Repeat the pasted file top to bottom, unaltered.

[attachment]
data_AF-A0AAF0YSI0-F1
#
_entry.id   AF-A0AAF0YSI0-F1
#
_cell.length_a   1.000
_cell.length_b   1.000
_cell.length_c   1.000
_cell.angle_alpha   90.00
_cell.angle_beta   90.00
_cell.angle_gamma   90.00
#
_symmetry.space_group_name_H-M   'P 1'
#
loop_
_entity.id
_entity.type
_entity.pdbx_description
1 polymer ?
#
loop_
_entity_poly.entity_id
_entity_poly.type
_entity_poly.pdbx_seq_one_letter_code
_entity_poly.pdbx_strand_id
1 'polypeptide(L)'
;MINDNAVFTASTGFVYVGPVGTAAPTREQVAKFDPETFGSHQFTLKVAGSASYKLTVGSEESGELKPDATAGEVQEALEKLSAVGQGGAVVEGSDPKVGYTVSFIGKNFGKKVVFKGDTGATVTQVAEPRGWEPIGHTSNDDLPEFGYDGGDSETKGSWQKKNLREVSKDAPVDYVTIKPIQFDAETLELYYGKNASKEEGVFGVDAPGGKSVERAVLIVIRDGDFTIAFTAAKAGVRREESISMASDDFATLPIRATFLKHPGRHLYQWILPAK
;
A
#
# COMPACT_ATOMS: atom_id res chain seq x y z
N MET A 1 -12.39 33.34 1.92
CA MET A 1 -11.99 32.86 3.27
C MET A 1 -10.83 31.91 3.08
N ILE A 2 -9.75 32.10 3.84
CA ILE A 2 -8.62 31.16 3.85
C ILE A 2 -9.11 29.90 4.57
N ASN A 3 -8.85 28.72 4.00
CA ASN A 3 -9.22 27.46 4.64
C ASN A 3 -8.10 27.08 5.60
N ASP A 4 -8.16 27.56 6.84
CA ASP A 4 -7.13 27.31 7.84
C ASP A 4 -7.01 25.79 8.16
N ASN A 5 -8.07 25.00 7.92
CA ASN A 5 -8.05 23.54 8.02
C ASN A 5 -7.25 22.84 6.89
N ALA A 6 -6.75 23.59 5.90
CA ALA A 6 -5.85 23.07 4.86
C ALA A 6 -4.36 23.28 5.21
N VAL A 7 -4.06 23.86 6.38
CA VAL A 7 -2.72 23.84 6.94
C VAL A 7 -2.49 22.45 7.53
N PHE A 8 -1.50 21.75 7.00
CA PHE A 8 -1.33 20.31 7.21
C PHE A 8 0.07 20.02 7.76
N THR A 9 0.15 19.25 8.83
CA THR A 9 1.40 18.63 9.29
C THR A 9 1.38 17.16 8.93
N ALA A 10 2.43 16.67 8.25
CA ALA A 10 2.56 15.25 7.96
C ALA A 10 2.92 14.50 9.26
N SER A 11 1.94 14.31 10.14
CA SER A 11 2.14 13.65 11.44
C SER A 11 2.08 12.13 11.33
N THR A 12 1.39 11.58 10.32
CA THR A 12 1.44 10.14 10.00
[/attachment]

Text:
data_AF-A0AAF0YSI0-F1
#
_entry.id   AF-A0AAF0YSI0-F1
#
_cell.length_a   1.000
_cell.length_b   1.000
_cell.length_c   1.000
_cell.angle_alpha   90.00
_cell.angle_beta   90.00
_cell.angle_gamma   90.00
#
_symmetry.space_group_name_H-M   'P 1'
#
loop_
_entity.id
_entity.type
_entity.pdbx_description
1 polymer ?
#
loop_
_entity_poly.entity_id
_entity_poly.type
_entity_poly.pdbx_seq_one_letter_code
_entity_poly.pdbx_strand_id
1 'polypeptide(L)'
;MINDNAVFTASTGFVYVGPVGTAAPTREQVAKFDPETFGSHQFTLKVAGSASYKLTVGSEESGELKPDATAGEVQEALEKLSAVGQGGAVVEGSDPKVGYTVSFIGKNFGKKVVFKGDTGATVTQVAEPRGWEPIGHTSNDDLPEFGYDGGDSETKGSWQKKNLREVSKDAPVDYVTIKPIQFDAETLELYYGKNASKEEGVFGVDAPGGKSVERAVLIVIRDGDFTIAFTAAKAGVRREESISMASDDFATLPIRATFLKHPGRHLYQWILPAK
;
A
#
# COMPACT_ATOMS: atom_id res chain seq x y z
N MET A 1 -12.39 33.34 1.92
CA MET A 1 -11.99 32.86 3.27
C MET A 1 -10.83 31.91 3.08
N ILE A 2 -9.75 32.10 3.84
CA ILE A 2 -8.62 31.16 3.85
C ILE A 2 -9.11 29.90 4.57
N ASN A 3 -8.85 28.72 4.00
CA ASN A 3 -9.22 27.46 4.64
C ASN A 3 -8.10 27.08 5.60
N ASP A 4 -8.16 27.56 6.84
CA ASP A 4 -7.13 27.31 7.84
C ASP A 4 -7.01 25.79 8.16
N ASN A 5 -8.07 25.00 7.92
CA ASN A 5 -8.05 23.54 8.02
C ASN A 5 -7.25 22.84 6.89
N ALA A 6 -6.75 23.59 5.90
CA ALA A 6 -5.85 23.07 4.86
C ALA A 6 -4.36 23.28 5.21
N VAL A 7 -4.06 23.86 6.38
CA VAL A 7 -2.72 23.84 6.94
C VAL A 7 -2.49 22.45 7.53
N PHE A 8 -1.50 21.75 7.00
CA PHE A 8 -1.33 20.31 7.21
C PHE A 8 0.07 20.02 7.76
N THR A 9 0.15 19.25 8.83
CA THR A 9 1.40 18.63 9.29
C THR A 9 1.38 17.16 8.93
N ALA A 10 2.43 16.67 8.25
CA ALA A 10 2.56 15.25 7.96
C ALA A 10 2.92 14.50 9.26
N SER A 11 1.94 14.31 10.14
CA SER A 11 2.14 13.65 11.44
C SER A 11 2.08 12.13 11.33
N THR A 12 1.39 11.58 10.32
CA THR A 12 1.44 10.14 10.00